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Othello Remixed (Play Review) Othello Remixed (Play Review)
Othello Remixed (Play Review)

A lot has been written about Othello, a play Shakespeare wrote in 1603 that was actually based It is based on the story Un Capitano Moro (“A Moorish Captain”) by Cinthio first published in 1565, much cantering around Iago’s motivation to be bring about the destruction of his move loved General.


This version the setting is not Venice, but in a boxing club somewhere in London. Othello is preparing for a championship fight and much to everyone’s surprise he chooses Cassio for the position of ‘corner man’ over the expected favourite Iago.


Iago is hugely offended and vows to wreak revenge on Othello for this slight, firstly by trying to convince Desdemona’s father that Othello has gained his daughters love through foul and devious means.


Unsuccessful in this, Iago resorts to instilling jealousy in Othello’s mind by insinuating that Desdemona is having a secret affair with Cassio.


Firstly he encourages Cassio to confide in Desdemona, thus encouraging their closeness. He then ensures that Othello’s witnesses this seemingly growing illicit relationship.


Consumed with rage and to save face Othello kill his beloved Desdemona. Upon carrying out the deed, he learns that Iago was responsible for the situation and filled with remorse takes his own life.


Kwame Reed is admirable as Othello, skilfully through words and nuanced gestures he brings to life both the strength and vulnerability of the Moor prince.


Baba Oyejide is magnificent as the villainous and conniving Iago, a role he seemed to relish.


When asked how he got into the ‘mind’ of Iago, Baba said “In the area of Hackney that I live, I’ve saw so many Iago type characters, so what I did was use all my experiences and situations that I observed and brought them into the role”.


Most of the comedic moments are provided Iain Gordon as the hapless Rico, as he’s deceived at every turn by wily Iago. His facial expressions and deft timing were first-rate. Here’s a comedy actor in the making.


Hoda Bentaher gives an accomplished performance Desdemona, as does Micah Loubon as the loyal Cassio.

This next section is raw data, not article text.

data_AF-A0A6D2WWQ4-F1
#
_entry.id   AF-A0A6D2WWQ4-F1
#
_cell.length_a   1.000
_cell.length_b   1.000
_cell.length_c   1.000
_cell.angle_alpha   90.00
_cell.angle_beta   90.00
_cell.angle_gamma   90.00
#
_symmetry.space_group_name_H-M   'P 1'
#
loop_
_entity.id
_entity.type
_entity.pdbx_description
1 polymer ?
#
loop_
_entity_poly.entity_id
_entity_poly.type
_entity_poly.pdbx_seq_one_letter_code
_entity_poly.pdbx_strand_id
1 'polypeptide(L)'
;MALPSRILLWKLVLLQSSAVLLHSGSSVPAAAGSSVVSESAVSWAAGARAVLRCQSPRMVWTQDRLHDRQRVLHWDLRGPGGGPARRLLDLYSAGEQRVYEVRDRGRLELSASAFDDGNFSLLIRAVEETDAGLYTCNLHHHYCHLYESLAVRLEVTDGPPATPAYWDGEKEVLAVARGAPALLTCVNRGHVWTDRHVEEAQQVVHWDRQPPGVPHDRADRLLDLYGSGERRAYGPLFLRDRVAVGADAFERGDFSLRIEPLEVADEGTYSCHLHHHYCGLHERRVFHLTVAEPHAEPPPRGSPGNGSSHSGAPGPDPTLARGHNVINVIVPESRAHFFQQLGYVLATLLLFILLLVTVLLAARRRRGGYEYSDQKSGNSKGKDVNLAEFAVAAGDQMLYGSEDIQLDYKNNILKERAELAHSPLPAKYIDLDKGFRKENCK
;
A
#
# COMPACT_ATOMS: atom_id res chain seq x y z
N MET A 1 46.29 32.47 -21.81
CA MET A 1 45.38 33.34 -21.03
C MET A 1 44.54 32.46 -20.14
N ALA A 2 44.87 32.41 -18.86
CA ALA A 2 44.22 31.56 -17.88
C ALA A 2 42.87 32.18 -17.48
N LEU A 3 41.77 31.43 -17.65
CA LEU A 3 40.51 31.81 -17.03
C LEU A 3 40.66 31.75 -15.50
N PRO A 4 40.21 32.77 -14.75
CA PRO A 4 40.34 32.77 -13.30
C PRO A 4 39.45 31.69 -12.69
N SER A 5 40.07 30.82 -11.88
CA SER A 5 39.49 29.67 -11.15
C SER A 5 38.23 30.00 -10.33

The rest of the supporting cast are accomplished in their respective roles, helping this to make this one of the best interpretations of Othello I’ve seen in a while.


Asked why his ‘mashed up’ Elizabethan text with urban street slang, director Darren Raymond said”Shakespeare was simply reflecting the language of his time. Young people create language all the time. The rhythms they use match Elizabethan slang so well. So in our version we have as many ‘fams’ as well as ‘thees’ and thous’.”


He further went on to explain that he set Othello in a boxing ring because he saw parallels between Othello and Mike Tyson. Both experienced racism, wanted to be loved and were also victims of exploitation.


By boldly interjecting street talk into Othello, Intermission Theatre has brought the bard’s work to a wider audience and to certain sections of society that have longed been excluded from it. The result has been massively successful.


With a frighteningly good cast, generous amounts of humour and a thumping soundtrack of RnB, mixed with 80s soul and the some hard funk by James Brown there’s little to fault this energetic and compelling version.


Hire a minibus and take all the family, young and old to see this highly recommended production by a theatre company that’s quietly helping to restore social mobility to London’s disadvantaged young people.


Tue 25 Jun – Sun 14 July, 7.30pm, Sundays 4pm (excl Mon) Tickets £16, £13 Conc, Previews £10. https://www.omnibus-clapham.org/othello-remixed/

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